Remaining discussions focused on results from this fall’s Update Meeting survey completed by administrators during the MHSAA’s annual presentations across the state. The Council considered survey data including on questions related to the out-of-season travel rule. The Council also discussed results of a fall survey completed by member school athletic directors and head varsity football coaches concerning ongoing conversations about scheduling and playoff format. Following the Football Committee meeting in January 2023, an ad hoc committee comprised of members of the MHSAA staff, Representative Council, Michigan Interscholastic Athletic Administrators Association (MIAAA) and Michigan High School Football Coaches Association (MHSFCA) will be convened for further discussion on these topics, with their report to be provided to the Council during its March 2023 meeting.
The Fall Meeting saw the appointment of Westland John Glenn athletic director Jason Malloy for a first-two-year term to the 19-person Council, and the re-appointment of Bay City Western principal Judy Cox for a second two-year term. Malloy previously was appointed to finish a partial term as one of the two representatives of member junior high/middle schools.
The Council reelected Scott Grimes, superintendent for Grand Haven Area Public Schools, as its president; and Vic Michaels, director of physical education and athletics for the Archdiocese of Detroit, as secretary-treasurer. Brighton High School athletic director John Thompson was elected Council vice president.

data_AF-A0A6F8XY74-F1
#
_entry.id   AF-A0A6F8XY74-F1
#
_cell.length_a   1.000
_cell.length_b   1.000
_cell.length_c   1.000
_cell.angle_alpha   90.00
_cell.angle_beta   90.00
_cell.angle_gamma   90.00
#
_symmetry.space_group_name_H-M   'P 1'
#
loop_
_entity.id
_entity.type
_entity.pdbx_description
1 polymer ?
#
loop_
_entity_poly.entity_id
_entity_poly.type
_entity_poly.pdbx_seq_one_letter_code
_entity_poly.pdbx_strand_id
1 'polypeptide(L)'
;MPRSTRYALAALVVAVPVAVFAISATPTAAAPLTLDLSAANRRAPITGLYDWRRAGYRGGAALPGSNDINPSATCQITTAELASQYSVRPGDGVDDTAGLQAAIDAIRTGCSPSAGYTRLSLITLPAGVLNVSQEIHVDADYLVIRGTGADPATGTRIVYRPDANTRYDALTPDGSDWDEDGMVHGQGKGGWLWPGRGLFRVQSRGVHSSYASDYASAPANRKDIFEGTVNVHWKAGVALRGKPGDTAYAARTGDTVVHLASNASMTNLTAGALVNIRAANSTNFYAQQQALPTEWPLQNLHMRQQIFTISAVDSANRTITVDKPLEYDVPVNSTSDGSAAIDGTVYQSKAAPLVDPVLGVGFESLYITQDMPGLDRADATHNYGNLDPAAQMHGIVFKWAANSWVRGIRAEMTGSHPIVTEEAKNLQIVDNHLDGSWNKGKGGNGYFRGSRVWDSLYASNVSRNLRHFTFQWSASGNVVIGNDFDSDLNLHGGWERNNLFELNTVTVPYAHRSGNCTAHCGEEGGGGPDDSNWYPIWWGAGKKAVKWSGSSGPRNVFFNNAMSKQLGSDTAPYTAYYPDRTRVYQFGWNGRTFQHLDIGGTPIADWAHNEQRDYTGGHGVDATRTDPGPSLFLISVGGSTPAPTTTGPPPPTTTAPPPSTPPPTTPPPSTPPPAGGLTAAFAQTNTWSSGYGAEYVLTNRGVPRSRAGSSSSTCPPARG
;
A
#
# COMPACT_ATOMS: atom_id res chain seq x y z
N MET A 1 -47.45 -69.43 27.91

The Representative Council is the legislative body of the MHSAA. All but five members are elected by member schools. Four members are appointed by the Council to facilitate representation of females and minorities, and the 19th position is occupied by the Superintendent of Public Instruction or designee.
The MHSAA is a private, not-for-profit corporation of voluntary membership by more than 1,500 public and private senior high schools and junior high/middle schools which exists to develop common rules for athletic eligibility and competition. No government funds or tax dollars support the MHSAA, which was the first such association nationally to not accept membership dues or tournament entry fees from schools. Member schools which enforce these rules are permitted to participate in MHSAA tournaments, which attract more than 1.3 million spectators each year.